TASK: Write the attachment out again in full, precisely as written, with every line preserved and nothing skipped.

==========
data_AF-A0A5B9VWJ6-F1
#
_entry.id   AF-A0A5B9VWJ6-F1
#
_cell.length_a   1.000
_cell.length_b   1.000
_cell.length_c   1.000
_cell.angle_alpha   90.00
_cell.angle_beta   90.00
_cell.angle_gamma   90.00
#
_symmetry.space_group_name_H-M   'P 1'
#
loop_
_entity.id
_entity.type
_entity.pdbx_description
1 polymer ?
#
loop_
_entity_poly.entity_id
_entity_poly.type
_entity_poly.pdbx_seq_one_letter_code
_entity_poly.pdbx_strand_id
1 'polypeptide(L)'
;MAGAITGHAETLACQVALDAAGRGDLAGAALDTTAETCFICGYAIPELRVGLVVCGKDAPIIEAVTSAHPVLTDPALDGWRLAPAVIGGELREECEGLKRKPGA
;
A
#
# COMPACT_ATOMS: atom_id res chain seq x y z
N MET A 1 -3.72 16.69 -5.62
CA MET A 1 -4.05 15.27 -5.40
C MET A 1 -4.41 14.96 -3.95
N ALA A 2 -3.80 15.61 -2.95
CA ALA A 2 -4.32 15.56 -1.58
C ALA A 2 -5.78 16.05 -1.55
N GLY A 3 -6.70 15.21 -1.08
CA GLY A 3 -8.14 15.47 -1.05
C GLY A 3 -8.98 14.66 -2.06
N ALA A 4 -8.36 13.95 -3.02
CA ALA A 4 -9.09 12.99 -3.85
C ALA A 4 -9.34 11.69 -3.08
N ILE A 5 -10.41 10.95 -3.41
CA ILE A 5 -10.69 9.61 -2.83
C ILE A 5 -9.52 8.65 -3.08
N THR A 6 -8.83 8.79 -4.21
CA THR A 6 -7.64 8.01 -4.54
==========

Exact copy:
data_AF-A0A5B9VWJ6-F1
#
_entry.id   AF-A0A5B9VWJ6-F1
#
_cell.length_a   1.000
_cell.length_b   1.000
_cell.length_c   1.000
_cell.angle_alpha   90.00
_cell.angle_beta   90.00
_cell.angle_gamma   90.00
#
_symmetry.space_group_name_H-M   'P 1'
#
loop_
_entity.id
_entity.type
_entity.pdbx_description
1 polymer ?
#
loop_
_entity_poly.entity_id
_entity_poly.type
_entity_poly.pdbx_seq_one_letter_code
_entity_poly.pdbx_strand_id
1 'polypeptide(L)'
;MAGAITGHAETLACQVALDAAGRGDLAGAALDTTAETCFICGYAIPELRVGLVVCGKDAPIIEAVTSAHPVLTDPALDGWRLAPAVIGGELREECEGLKRKPGA
;
A
#
# COMPACT_ATOMS: atom_id res chain seq x y z
N MET A 1 -3.72 16.69 -5.62
CA MET A 1 -4.05 15.27 -5.40
C MET A 1 -4.41 14.96 -3.95
N ALA A 2 -3.80 15.61 -2.95
CA ALA A 2 -4.32 15.56 -1.58
C ALA A 2 -5.78 16.05 -1.55
N GLY A 3 -6.70 15.21 -1.08
CA GLY A 3 -8.14 15.47 -1.05
C GLY A 3 -8.98 14.66 -2.06
N ALA A 4 -8.36 13.95 -3.02
CA ALA A 4 -9.09 12.99 -3.85
C ALA A 4 -9.34 11.69 -3.08
N ILE A 5 -10.41 10.95 -3.41
CA ILE A 5 -10.69 9.61 -2.83
C ILE A 5 -9.52 8.65 -3.08
N THR A 6 -8.83 8.79 -4.21
CA THR A 6 -7.64 8.01 -4.54